Recently, Dealstruck CEO Ethan Senturia and myself appeared on the It’s Your Money radio program. Our co-guest for the evening was Sean Puckett, Senior Vice President of Regents Bank.
Early in the program, Sean picked up on a theme that Dealstruck has noticed in our conversations with prospective borrowers, particularly during tax season. Throughout his career, Sean has consulted with thousands of small business owners who, in attempting to access affordable credit to grow their companies, have been stymied by showing minimal or even negative profits because they were too focused on avoiding income tax. Further, many of these business owners have been enabled by their CPAs and other advisers to avoid income tax at all costs—without realizing that this strategy is hampering the firm’s ability to access debt or equity capital to grow.
Generally, lenders and investors are hesitant to provide capital to a business that doesn’t demonstrate the ability to generate free cash flow. Without cash flow, the lender cannot be confident in its ability to get its loans repaid and the investor cannot expect the value of his or her stock to increase. While Dealstruck takes an open minded and creative approach to lending and does a good amount of underwriting to assess the true cash flow of a company, once something has been expensed on a tax return, it is virtually impossible to parse out what part of that cash is truly free to service debt repayments.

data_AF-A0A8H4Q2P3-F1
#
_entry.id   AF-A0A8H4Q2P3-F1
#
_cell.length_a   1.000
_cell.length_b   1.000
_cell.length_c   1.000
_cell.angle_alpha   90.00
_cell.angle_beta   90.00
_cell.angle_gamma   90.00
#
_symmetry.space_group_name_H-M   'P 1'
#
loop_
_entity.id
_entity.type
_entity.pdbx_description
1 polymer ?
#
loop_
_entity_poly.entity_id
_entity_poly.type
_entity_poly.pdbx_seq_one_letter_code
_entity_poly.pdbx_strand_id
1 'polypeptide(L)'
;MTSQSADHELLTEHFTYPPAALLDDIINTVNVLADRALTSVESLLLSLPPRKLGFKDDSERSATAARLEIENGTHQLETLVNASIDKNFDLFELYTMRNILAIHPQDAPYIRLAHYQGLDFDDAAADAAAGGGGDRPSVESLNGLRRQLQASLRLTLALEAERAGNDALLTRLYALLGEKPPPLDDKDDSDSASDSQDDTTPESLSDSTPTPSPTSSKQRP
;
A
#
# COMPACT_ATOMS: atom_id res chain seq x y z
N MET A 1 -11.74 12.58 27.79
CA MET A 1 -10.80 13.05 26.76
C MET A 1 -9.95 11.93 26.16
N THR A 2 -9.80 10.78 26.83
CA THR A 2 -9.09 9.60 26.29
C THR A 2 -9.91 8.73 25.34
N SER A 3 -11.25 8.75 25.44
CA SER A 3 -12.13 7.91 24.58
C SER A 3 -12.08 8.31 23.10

All too often, I chat with potential borrowers about their cash flow and profitability and hear that, in order to avoid Uncle Sam, they have expensed items just to get net income to 0 or slightly negative on their tax return. The vast majority of the time, these clients are looking to expand their companies, and aren’t looking to operate a “no-growth” lifestyle business.
A strategic CPA and adviser who understands his job is to help the owner maximize the value of the business often treats income tax as an operating expense. In exchange, the business demonstrates a history of producing operating profits and can the access growth equity or debt at a fair price in order to build the generational value of the company—which is almost always the ultimate goal of the entrepreneur.
Make no mistake, a common sense approach to deductions and expensing for tax purposes is valuable. But for companies looking to grow, a small tax bill is a tiny price to pay in order to access the financing needed to take the business to the next level and beyond.